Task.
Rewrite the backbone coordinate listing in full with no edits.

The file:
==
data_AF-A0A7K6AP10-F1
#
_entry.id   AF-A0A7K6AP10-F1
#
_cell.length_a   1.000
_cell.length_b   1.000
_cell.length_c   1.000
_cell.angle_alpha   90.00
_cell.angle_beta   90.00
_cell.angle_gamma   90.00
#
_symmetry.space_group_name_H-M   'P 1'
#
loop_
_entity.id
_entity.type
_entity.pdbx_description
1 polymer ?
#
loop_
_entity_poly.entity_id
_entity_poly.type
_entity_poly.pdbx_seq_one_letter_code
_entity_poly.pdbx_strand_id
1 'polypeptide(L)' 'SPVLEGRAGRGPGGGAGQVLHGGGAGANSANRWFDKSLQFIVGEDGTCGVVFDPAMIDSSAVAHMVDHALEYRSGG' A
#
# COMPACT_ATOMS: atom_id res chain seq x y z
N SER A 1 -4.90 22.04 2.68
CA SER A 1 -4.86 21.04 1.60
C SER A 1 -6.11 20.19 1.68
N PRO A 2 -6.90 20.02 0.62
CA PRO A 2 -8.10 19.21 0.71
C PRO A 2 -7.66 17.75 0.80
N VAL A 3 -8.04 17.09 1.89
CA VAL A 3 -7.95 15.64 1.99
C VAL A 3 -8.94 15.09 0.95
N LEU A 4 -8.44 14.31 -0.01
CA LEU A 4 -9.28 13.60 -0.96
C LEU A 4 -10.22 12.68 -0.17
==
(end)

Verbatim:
data_AF-A0A7K6AP10-F1
#
_entry.id   AF-A0A7K6AP10-F1
#
_cell.length_a   1.000
_cell.length_b   1.000
_cell.length_c   1.000
_cell.angle_alpha   90.00
_cell.angle_beta   90.00
_cell.angle_gamma   90.00
#
_symmetry.space_group_name_H-M   'P 1'
#
loop_
_entity.id
_entity.type
_entity.pdbx_description
1 polymer ?
#
loop_
_entity_poly.entity_id
_entity_poly.type
_entity_poly.pdbx_seq_one_letter_code
_entity_poly.pdbx_strand_id
1 'polypeptide(L)' 'SPVLEGRAGRGPGGGAGQVLHGGGAGANSANRWFDKSLQFIVGEDGTCGVVFDPAMIDSSAVAHMVDHALEYRSGG' A
#
# COMPACT_ATOMS: atom_id res chain seq x y z
N SER A 1 -4.90 22.04 2.68
CA SER A 1 -4.86 21.04 1.60
C SER A 1 -6.11 20.19 1.68
N PRO A 2 -6.90 20.02 0.62
CA PRO A 2 -8.10 19.21 0.71
C PRO A 2 -7.66 17.75 0.80
N VAL A 3 -8.04 17.09 1.89
CA VAL A 3 -7.95 15.64 1.99
C VAL A 3 -8.94 15.09 0.95
N LEU A 4 -8.44 14.31 -0.01
CA LEU A 4 -9.28 13.60 -0.96
C LEU A 4 -10.22 12.68 -0.17